A dove is whining and hopping 50 meters from you. You’re at Pietrișu, in the courtyard that lies by the L-shaped building. Vlad, one of the participants, can tell from this distance whether the dove has a partner or not, if it’s old or a squab, male or female: “I know from experience, but I also watched passionate pigeon keepers on YouTube. I saw what they do and I learnt from them.” Two years ago, he saw a bunch of white doves in Mr. Florian’s courtyard. They had long feathers and when they shook their wings they made a pleasant noise that he liked. “I came to appreciate them and went to take a pair from his bunch.” His passion also made him responsible, he thinks. Every morning, Vlad runs to their cage and opens it. He even built a larger house because the first one became too small for the seven doves he is now raising. “They live in a birdcage that I made, because dad is not very fond of me owning doves. A neighbor helped me built it. I had a cage this high, like only half a meter, how could I let them grow up in there? I made one of wooden boards and a net and a small cupboard where they could nest.”
Vlad is 14; he’s from Pietrișu and is now in the 9th grade at the “Tudor Vianu” theoretical high-school in Giurgiu. These days, his passion turned his attention to the attic of the kindergarten, where he thinks hundreds of doves live. He’s listening to the instructions of the organizers and doesn’t talk to the other participants, but at times he raises his eyes to the attic and for a while he stays still. Today the enthusiasm of the camp made him forget about his doves. His dad let them out of the cage. He was supposed to be at the kindergarten at 8 am. He woke up a bit late and when Răzvan, another participant and friend from the village called his name, he quickly got dressed and ran out. Vlad got to take part in the activities of the camp with his younger brother, Ștefan, thanks to his dad, who had come by to help: “Dad is a worker and when Mrs. Cornelia called him to install a light bulb and put a lock on a door, he asked what was happening. She said look, we’re organizing a youth camp. He asked whether I and my brother could attend and she was happy to have us.”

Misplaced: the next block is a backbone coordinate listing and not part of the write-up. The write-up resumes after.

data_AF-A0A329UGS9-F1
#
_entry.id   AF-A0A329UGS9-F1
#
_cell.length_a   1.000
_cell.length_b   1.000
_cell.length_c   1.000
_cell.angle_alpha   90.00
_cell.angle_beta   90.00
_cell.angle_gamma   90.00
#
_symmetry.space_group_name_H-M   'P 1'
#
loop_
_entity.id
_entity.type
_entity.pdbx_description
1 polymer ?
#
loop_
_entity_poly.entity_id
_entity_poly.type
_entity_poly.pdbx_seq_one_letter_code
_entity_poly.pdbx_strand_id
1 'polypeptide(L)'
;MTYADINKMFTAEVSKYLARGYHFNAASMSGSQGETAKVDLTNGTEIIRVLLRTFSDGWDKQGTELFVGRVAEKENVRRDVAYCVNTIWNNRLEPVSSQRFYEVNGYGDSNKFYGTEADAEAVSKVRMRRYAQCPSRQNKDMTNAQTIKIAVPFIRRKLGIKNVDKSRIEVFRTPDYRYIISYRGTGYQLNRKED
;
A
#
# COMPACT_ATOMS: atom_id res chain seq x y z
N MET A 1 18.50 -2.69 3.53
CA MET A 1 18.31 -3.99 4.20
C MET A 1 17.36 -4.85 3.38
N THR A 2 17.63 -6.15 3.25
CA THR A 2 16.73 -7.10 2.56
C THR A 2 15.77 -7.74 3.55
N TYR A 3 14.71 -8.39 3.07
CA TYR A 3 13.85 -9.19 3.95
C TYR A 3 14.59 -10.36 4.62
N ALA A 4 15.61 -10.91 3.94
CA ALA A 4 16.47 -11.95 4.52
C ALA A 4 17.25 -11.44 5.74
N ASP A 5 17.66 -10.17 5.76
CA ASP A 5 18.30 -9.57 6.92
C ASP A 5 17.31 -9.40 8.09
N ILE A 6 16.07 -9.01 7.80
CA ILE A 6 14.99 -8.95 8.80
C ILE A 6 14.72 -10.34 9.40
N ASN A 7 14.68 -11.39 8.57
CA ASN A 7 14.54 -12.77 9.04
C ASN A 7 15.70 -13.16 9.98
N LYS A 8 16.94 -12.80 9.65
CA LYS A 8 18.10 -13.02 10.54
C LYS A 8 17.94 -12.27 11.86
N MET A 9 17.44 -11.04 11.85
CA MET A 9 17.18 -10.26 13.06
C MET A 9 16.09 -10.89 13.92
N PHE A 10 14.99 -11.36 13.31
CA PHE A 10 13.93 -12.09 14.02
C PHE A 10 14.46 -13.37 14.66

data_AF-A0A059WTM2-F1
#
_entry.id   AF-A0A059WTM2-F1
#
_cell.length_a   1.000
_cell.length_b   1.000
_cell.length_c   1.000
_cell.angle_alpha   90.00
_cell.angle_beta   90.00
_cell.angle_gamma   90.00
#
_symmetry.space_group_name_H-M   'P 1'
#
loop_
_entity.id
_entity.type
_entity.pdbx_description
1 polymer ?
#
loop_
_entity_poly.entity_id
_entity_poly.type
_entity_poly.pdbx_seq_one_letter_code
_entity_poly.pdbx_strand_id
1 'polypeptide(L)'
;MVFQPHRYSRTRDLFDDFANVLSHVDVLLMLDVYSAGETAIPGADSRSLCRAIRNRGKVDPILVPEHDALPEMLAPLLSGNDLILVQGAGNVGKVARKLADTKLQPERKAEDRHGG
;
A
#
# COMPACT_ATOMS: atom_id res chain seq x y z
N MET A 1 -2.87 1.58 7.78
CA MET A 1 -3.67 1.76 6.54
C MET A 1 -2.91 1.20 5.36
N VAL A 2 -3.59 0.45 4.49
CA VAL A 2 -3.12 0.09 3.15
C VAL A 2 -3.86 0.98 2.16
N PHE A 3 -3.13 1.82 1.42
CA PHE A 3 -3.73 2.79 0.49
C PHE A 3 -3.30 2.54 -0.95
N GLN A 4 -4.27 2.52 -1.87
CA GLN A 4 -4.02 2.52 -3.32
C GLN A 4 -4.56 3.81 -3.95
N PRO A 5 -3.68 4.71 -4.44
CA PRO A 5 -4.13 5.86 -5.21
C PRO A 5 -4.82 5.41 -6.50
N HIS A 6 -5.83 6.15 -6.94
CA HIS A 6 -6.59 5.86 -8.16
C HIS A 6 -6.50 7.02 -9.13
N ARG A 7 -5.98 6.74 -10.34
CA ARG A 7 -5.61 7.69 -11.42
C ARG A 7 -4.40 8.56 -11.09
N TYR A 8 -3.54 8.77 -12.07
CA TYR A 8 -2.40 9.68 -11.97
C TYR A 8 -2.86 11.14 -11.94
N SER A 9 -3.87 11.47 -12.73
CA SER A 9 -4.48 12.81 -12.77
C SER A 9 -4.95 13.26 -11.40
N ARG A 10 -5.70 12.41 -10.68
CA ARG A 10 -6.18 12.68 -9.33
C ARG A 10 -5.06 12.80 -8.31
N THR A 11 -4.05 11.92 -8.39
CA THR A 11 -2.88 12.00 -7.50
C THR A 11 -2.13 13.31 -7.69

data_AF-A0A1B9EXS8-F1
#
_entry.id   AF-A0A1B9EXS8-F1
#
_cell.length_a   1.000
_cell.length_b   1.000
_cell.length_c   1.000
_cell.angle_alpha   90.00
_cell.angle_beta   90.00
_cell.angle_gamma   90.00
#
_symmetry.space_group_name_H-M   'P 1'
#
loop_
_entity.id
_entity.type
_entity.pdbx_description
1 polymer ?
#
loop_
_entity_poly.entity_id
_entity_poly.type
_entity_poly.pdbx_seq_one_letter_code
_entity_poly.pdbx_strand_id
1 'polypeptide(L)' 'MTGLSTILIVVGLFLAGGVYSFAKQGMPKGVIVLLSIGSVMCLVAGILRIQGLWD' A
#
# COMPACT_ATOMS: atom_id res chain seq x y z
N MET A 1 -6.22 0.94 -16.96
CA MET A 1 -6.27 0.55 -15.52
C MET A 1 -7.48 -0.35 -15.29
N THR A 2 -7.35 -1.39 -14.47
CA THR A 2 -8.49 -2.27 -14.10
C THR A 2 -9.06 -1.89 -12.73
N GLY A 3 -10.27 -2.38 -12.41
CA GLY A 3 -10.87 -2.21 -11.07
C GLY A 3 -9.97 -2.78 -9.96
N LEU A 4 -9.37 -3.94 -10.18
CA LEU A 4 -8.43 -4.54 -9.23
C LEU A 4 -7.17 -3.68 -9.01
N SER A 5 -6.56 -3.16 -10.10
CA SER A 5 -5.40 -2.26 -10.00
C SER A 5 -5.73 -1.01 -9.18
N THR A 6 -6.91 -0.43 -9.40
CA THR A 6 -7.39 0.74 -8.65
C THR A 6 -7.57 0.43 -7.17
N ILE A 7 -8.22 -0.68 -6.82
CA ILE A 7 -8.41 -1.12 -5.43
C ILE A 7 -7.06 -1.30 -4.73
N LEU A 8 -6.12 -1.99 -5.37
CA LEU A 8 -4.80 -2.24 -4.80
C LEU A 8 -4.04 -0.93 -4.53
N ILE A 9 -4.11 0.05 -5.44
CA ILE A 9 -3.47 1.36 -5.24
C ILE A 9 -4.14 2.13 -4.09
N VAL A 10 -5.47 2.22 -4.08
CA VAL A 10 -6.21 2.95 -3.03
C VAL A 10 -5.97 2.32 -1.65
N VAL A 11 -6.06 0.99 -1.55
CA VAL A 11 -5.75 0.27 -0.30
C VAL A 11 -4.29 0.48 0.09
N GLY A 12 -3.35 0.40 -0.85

“It really is great here, we did a ton of activities,” he says. There’s not much going on in the village and at school, where he used to study. They didn’t have activities like these. He really liked a game they did with the football that helped them remember everyone’s name: “We threw the ball around, and had to say who gave us the ball, then say our name and to whom I was throwing the ball. First few days I didn’t know all their names, but after that, I did.” What he likes most about the camp is that everyone’s really nice. They don’t judge and they aren’t full of themselves, he says, like people from other NGOs or tourists coming to the village with older children who would pick on him as a pupil at the secondary school in Găujani, because he was smaller than the others: “They didn’t come here like the rest, who do how they feel like and don’t care about anyone else – strangers who get here and don’t mind anyone. They’re different, they’re all right. They come, talk with you, it’s nice.“
Despite the bullying, he liked school and his biggest dream is moving to an Adventist high-school in Bucharest before the start of his second semester. The cost of living in a dorm doesn’t even compare to that of the monthly bus pass from the village to Giurgiu, the nearest city. The cost for transportation is a reason why more and more children in Pietrișu graduate only eight grades. “That’s a good high-school that teaches you a lot and also provides accommodation. And it’s free. I’d like to go there because it’s in Bucharest and also the high-school is of my confession. If I were to stay in Giurgiu, I think it would be horrible to travel this long
every day. Not to mention the monthly bus pass that is really expensive.” It wouldn’t be the first time he sees the capital. His dad has five relatives there and he fell in love with the amusement park Divertiland, which he visited for the first time in 2016. Vlad’s Bucharest is “nicer, more populated, busier and has more things you could do.” He wants to leave because he can’t say the same thing about the village.
When he talks about the school and the camp, Vlad looks up and interrupts his story with a “Look, there go the doves.” This goes on throughout the interview, like in a soft melody about doves and the future. “In my class, there were three children who did well in school, two girls and me. One had highest grades, only As, the second, Bs and Cs, and I came in third with mostly Cs. Look, a pair just flew inside the attic. I want to take squabs because, if they grow up in my bird house, they stay. Adult pigeons leave.” Vlad wants to go to university in Bucharest and not come back afterwards. He knows the doves will be all right. His younger brother, Ștefan, will take care of them. “I think the camp will make village history, because there hasn’t ever been one like it.”
Check the from camp last year:
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